Marni Weil is a member of one of this year’s Harbus Foundation Venture Philanthropy Teams. Come learn more about HBS’ Harbus Foundation and meet student-selected grant awardees at a celebration on Wednesday, April 20th from 5:15 pm to 6:15pm in the Spangler Meredith Room.
Before I came to HBS, the word “philanthropist” conjured up names like Rockefeller and Carnegie, and in today’s world, Gates. I never imagined that there would be a student organization where I could have experiences similar to those of these civic icons (albeit temporarily and at a somewhat smaller scale!); but low and behold, at this fall’s HBS Club Fair I was introduced to the Harbus Foundation.
The Harbus Foundation is the only entirely student-run foundation in the country. The Harbus Foundation was originally founded in 1997 by The Harbus News Corporation after a windfall in advertising dollars left the organization wondering how to employ a lot of excess cash on hand. Today, approximately 35 students team up into seven teams and each team awards a grant for $10,000 to a local non-profit focused on education, literacy or journalism. What most attracted me most to the foundation was its dual mission: to give back to the community surrounding HBS as well as to get HBS students actively involved in philanthropy.
I joined one of the teams focused on venture philanthropy, a discipline which encompasses both financial and managerial assistance through consulting services. (The Harbus Foundation teams fall into two buckets, five teams focus exclusively on the grant making process giving a grant of $10,000 and two additional teams also offer the winning organization pro bono consulting services for one semester.) The following experience is one that I could only characterize as one of the most rewarding I’ve had here at HBS.
Our team was composed of a group of people new to Boston and unfamiliar with the network of non-profit organizations. With only three weeks to identify the non-profit sector where we’d like to donate, find good candidates in that sector, and complete due diligence on multiple candidates we needed to move fast. Our process led us to identify a truly compelling candidate, Women Express, as the winner. We chose Women Express because of their unique structure as both a learning center where college-age mentors help teen girls develop essential life skills, such as writing, editing and critical thinking, and an international print and online teen issues publication that provides positive messages and real life stories (written by the girls in the center) to offer an alternative to glossies like Cosmo Girl.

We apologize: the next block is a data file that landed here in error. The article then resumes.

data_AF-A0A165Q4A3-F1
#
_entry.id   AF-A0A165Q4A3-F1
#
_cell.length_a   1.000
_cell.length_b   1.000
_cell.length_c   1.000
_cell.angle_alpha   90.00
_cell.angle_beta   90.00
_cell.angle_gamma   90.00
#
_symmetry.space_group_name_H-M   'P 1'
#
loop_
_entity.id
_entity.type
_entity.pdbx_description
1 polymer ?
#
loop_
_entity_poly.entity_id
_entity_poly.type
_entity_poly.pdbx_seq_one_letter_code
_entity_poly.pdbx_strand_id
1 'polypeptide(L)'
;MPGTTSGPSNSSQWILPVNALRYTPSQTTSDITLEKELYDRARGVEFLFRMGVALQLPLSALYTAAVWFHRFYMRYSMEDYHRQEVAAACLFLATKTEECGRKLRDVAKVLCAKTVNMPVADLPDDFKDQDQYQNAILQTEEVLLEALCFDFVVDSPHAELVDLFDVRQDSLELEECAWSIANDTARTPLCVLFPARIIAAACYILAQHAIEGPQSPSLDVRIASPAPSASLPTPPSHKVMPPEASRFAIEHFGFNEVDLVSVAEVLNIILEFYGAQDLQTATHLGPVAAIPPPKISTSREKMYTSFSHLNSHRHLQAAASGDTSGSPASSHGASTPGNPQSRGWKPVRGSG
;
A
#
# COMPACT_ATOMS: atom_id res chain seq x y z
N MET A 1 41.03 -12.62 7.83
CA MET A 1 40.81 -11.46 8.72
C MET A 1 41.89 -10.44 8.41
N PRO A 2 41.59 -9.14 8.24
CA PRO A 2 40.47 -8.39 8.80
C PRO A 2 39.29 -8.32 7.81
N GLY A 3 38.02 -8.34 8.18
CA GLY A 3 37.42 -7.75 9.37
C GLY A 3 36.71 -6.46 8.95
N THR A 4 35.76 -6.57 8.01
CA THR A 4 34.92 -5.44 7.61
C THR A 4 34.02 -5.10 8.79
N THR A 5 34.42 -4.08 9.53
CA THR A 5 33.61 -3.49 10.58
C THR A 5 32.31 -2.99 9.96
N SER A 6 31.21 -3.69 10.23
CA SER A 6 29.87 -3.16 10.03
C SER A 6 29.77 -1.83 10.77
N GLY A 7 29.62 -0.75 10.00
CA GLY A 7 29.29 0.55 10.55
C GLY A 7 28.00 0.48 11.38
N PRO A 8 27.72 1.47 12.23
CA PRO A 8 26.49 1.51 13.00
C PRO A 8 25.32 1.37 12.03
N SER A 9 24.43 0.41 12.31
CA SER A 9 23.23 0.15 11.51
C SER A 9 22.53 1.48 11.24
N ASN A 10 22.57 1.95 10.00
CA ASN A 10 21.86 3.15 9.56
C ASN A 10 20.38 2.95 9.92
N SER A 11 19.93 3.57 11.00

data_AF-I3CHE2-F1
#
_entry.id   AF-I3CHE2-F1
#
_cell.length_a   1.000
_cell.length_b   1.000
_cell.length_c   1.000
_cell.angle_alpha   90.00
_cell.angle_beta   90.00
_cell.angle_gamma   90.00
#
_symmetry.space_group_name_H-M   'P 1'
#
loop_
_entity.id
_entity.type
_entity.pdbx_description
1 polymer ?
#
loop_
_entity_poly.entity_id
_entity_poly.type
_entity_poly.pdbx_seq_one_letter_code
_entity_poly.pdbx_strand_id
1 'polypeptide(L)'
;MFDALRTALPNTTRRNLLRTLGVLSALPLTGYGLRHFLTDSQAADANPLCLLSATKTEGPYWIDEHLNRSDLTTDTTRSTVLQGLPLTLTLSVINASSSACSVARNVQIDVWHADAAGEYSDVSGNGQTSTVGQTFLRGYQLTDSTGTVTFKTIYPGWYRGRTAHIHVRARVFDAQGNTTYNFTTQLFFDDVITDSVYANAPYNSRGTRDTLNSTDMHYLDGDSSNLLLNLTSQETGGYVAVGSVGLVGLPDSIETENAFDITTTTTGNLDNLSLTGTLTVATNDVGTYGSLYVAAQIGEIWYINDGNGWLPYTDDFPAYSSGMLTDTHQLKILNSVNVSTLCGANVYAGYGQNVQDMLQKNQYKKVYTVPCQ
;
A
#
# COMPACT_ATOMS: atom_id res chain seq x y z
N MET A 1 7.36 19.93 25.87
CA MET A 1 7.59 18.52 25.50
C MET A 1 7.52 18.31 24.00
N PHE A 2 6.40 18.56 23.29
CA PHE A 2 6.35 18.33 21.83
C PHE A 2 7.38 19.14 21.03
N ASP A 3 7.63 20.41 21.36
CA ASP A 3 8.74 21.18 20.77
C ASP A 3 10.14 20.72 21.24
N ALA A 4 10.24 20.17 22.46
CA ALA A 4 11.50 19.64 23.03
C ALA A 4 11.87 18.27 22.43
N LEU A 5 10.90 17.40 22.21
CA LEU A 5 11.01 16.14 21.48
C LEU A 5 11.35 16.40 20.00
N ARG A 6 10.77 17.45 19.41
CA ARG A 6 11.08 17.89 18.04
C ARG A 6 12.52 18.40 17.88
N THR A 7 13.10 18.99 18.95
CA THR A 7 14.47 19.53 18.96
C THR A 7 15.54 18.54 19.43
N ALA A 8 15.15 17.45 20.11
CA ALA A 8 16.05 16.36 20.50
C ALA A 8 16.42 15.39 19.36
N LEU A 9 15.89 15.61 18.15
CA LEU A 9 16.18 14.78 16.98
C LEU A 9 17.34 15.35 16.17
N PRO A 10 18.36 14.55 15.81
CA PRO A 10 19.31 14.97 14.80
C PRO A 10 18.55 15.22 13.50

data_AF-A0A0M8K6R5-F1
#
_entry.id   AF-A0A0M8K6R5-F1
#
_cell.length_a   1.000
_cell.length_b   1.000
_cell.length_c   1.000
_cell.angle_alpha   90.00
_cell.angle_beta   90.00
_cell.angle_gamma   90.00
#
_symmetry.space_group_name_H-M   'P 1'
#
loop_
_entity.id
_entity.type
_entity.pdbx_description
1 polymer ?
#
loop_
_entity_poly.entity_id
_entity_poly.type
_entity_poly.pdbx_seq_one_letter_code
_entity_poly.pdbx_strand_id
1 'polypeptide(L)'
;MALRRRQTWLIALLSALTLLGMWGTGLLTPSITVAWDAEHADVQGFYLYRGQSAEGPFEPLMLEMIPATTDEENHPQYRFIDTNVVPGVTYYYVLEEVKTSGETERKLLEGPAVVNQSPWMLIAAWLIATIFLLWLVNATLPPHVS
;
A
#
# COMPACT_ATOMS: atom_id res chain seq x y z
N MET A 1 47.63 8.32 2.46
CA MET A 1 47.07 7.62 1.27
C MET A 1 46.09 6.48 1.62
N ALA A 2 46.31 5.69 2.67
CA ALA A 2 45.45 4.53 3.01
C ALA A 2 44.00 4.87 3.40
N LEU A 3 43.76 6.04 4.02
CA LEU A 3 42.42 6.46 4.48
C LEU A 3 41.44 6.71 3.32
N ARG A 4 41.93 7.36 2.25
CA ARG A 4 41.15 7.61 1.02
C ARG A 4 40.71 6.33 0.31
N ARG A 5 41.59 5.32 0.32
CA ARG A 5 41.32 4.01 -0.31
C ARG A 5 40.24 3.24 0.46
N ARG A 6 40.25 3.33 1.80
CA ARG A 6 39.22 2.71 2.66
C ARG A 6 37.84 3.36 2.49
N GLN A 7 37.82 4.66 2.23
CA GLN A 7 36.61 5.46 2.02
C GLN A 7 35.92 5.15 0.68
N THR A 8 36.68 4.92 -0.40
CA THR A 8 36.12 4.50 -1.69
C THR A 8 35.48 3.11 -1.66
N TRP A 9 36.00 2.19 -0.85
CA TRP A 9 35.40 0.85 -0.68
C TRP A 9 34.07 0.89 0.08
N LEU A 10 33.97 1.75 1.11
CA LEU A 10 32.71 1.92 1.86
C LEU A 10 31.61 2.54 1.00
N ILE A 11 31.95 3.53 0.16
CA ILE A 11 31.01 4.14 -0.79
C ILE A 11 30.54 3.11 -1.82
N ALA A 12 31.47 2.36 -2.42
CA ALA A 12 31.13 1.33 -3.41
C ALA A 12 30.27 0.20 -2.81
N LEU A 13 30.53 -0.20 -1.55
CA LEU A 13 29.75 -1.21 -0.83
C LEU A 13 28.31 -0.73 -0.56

Our work has exposed the team to non-profit management both from the funders’ perspective and the view of non-profit leadership. We’ve had to balance tradeoffs of having a limited amount of capital to give and an ample supply of truly deserving social enterprises. We sat with a new management team and listened to their personal stories including: how they made tough decisions like “right sizing” and how they grew and satisfied a complex network of stakeholders at the same time.
Ultimately, management assistance provided marketing support by focusing on the Women Express tiered membership strategy. Our team sought to build various levels of support with a place for everyone attracted to their mission to further social and economic justice by empowering young adult women and to build an innovative and compelling set of offerings in return for member support.
The exposure to a fabulous management team has also been a great experience. Ki Perry Cooney, Director of Development and MBA candidate at Boston University’s Non-Profit Management program feels, “It has been a wonderful give and take with the Harvard Business School team where we’re able to provide complicated, real-world scenarios while they’re able to synthesize our quantitative and qualitative data into cohesive business development strategies.” Jenny Amory, Executive Director, adds, “Often consultants provide expertise but not necessarily ideas that can be implemented given a non-profit’s limited resources. The Harbus team has really taken the time to understand our organization and has given us both.” After a mutually beneficial experience, we now look forward to our grantee celebration on April 20th where we’ll get to come together with the Women Express team and celebrate an amazing team effort.
My experience was wonderful, but more importantly seven teams had experiences similar to my own this year and have found other fantastic organizations to support like the Boston Chinatown Neighborhood Center and Minds Matter who along with Women Express and four others will be at the center of this year’s grantee celebration. If you’re interested in getting involved and joining a Harbus Foundation team next year, contact the two trustees: Brendan Kennealey (email@example.com) or Charlotte Jones (firstname.lastname@example.org). And for more information about the Harbus Foundation, visit the website at: www.harbusfoundation.org.